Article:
Ryan McCarthy:

But for us as folks who presumably have to pay for this one way or the other, or for a regulated entity who does, the difference is a lot of money. And so to our approach, again I would say we should ultimately think about doing everything we can. And that includes both, because the two kind of go together. If you’re doing carbon dioxide removal and direct air capture, you kind of want to do it somewhere where you’re doing some carbon capture at a point source as well, because you’re going to have the infrastructure to store or use CO2 and you want waste heat from that facility, and it makes it all more efficient.

Ryan McCarthy:

So CARB is teeing up this sort of distinction between CCS and carbon dioxide removal, and certainly there is technically and in a policy perspective. But I would say as we think about going forward, we should hopefully move forward with both to the extent we can. With I guess the exception here is the big but. There are guardrails we want to put around this. There are very valid discussions around what we want to do in certain sectors.

Ryan McCarthy:

And if on one hand, we’re trying to put the refining industry out of business or transition entirely away from natural gas, power plants or whatever, even if we understand that’s a 15 to 30 year sort of process, that’s a long time in terms of emissions that accumulate in between and in terms of our planning horizon and thinking. But if you’re somebody who’s going to be making an investment and decarbonizing that facility, we need a 20, 30-year payback. And so, there is some, especially from this planning perspective, something that we have to rationalize that. Do we want to decarbonize this facility now, even if we’re sort of imagining it going away in the future, or are we just going to let it go away?

Ryan McCarthy:

So there’s going to be places where we maybe want to prioritize this and start this. Of course air quality is the other one. There’s preliminary studies and indications that there are fairly significant air quality benefits that go along with a lot of carbon capture technologies at least, not all. We’re trying to get a hang on exactly how much and exactly what that looks like with different technologies. I think this is some work that Lawrence Livermore is looking at right now. But there do seem to be some good synergies there.

Ryan McCarthy:

And again, that doesn’t mean that you embrace carbon capture as the solution everywhere. Maybe it’s better in certain regions, in certain places and in certain sectors. So all that said, one of the sectors where we think it makes a lot of sense is cement. And the reason it makes some sense in cement is the process of making cement actually like breaks up rocks, and those rocks, that process breaks up and emits CO2. And about half of the emissions very roughly at the cement plant are from the CO2 called process emissions of breaking up that rock. And the other half is from the energy that the cement plant uses.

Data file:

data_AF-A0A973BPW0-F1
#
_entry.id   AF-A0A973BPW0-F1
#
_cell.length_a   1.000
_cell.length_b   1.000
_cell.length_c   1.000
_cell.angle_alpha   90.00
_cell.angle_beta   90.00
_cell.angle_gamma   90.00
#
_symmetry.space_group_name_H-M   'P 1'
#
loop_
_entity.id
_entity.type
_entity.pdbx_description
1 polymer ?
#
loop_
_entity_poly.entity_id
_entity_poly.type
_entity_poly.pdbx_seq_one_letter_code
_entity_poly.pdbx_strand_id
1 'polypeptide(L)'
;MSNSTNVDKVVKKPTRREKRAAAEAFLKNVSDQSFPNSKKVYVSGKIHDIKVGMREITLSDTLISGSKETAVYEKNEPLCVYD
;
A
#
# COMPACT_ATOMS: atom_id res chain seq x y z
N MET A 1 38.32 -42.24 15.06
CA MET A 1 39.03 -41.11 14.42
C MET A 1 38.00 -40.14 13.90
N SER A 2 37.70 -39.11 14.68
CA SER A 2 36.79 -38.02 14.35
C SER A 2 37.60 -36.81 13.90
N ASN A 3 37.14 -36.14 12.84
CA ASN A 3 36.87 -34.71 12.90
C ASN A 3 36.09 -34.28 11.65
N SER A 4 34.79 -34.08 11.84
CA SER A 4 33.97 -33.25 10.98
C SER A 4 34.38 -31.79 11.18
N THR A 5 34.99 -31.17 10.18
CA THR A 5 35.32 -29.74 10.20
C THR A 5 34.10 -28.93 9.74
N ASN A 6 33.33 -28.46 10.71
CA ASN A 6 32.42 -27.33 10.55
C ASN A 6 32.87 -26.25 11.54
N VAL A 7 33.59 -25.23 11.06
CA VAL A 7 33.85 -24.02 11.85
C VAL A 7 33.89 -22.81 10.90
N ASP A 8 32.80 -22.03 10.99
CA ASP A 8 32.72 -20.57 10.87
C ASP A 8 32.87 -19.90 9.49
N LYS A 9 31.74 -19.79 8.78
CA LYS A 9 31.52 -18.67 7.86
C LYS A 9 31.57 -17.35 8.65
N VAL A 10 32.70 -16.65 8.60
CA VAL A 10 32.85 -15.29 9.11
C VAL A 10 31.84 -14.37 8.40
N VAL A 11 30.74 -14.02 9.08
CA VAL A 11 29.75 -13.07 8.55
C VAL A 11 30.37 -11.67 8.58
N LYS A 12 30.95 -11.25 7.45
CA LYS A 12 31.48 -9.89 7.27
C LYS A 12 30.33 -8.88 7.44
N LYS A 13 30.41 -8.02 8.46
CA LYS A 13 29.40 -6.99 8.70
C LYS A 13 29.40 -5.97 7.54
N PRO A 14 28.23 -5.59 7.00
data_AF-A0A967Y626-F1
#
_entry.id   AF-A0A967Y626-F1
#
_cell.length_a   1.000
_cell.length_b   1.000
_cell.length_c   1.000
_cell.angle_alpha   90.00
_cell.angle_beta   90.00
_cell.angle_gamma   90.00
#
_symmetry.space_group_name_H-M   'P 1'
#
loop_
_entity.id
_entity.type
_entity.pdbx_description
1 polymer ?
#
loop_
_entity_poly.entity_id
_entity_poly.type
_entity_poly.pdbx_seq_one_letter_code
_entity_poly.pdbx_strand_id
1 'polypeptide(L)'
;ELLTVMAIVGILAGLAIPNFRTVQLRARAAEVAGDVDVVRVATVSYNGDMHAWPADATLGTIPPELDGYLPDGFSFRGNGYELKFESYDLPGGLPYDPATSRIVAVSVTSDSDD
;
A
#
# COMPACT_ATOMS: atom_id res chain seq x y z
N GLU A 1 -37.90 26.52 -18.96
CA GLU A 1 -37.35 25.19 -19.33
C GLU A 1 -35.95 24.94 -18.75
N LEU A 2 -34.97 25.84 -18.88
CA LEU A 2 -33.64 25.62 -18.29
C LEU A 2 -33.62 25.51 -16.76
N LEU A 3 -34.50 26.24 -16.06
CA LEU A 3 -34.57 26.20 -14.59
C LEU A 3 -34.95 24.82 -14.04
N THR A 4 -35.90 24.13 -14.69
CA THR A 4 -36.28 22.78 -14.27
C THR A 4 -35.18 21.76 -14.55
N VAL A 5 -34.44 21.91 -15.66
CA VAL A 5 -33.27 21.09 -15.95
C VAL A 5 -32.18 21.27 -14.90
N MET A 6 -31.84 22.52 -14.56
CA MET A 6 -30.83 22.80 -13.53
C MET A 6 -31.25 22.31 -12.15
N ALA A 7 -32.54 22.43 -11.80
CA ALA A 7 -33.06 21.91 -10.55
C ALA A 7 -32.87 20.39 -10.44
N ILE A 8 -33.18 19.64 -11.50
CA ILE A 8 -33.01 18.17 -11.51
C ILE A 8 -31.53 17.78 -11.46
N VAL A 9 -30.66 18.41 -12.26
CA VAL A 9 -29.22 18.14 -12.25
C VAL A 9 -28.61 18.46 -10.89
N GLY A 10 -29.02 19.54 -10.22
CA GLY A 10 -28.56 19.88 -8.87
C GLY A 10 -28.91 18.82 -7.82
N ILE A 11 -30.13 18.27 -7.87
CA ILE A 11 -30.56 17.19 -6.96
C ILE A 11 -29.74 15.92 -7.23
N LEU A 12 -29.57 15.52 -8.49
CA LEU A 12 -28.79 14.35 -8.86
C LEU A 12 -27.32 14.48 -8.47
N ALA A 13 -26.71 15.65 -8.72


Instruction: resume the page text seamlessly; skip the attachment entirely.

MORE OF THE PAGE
Ryan McCarthy:

So even if you switch entirely to renewable energy for that process, you’re still going to be emitting CO2. So the only way to reduce that is by carbon capture. Which is why we’re now seeing this be part of the discussion in Sacramento and especially in Senate Bill 905 by Nancy Skinner. Let’s look at how we begin to pilot and demonstrate carbon capture in the context of cement. This is sort of the beginning of a conversation that maybe gets broader and maybe is an opportunity for us to demonstrate and explore carbon capture in California, but doing so in a sector where it ultimately is going to have to be part of the solution.

Ryan McCarthy:

And the last thing I’ll say is… I guess I’ll add two things, but I’ll say one more. So aside from that bill there, I had mentioned there’s a lot going on in Sacramento on this. So that’s sort of the CCS cement bill, but there’s a lot of focus on how do you decarbonize cement further? There was a bill last year, SB 596, which was passed into law that now directs CARB to come up with a framework to achieve carbon neutrality in the cement sector by 2045, and 40% reductions from the cement sector by 2035.

Ryan McCarthy:

This is something the industry signed on to, they are looking to achieve similar goals. And so that is moving forward. It’s pretty vague as to how they get there, so that’s something CARB is going to be exploring over the course of the next year or two. And then there are bills for how do you create the market pull to incentivize and reward low carbon cement in the industry? Senator Becker who passed 596 last year has another bill this year, SB 778, which would add concrete to the state’s Buy Clean framework and direct state agencies to procure concrete with lower carbon intensity, therefore creating that demand side pull for cement facilities that are reducing their emissions.

Ryan McCarthy:

There’s some other bills too. The last one I’ll mention is SB 1297, which actually looks at making buildings net negative emissions. And how do you sequester carbon in building materials? So that was one of the points. It’s not just geologic sequestration of carbon oxide, but you can use it to make materials, fuels, rocks, steaks, diamonds, guitars, vodka, anything. And then people are thinking of lots of crazy stuff out there. But one of them is, rocks are directly injecting it into concrete and storing it there.

Ryan McCarthy:

So concrete itself is a pretty interesting material, and I think opportunity for framing this discussion around carbon dioxide’s, both carbon [inaudible 00:19:06] and carbon capturing sequestration. So I’ll stop there, and look forward to the discussion.

Katelyn Roedner:

Thanks, Ryan. Diane’s going to go a level deeper on SB 905.

Diane Doucette:

[inaudible 00:19:35]. You don’t have to shut it.

Speaker 3:

[inaudible 00:19:43]. Sorry.

Diane Doucette:

That’s okay. It’s all right if we don’t have it.

Speaker 5: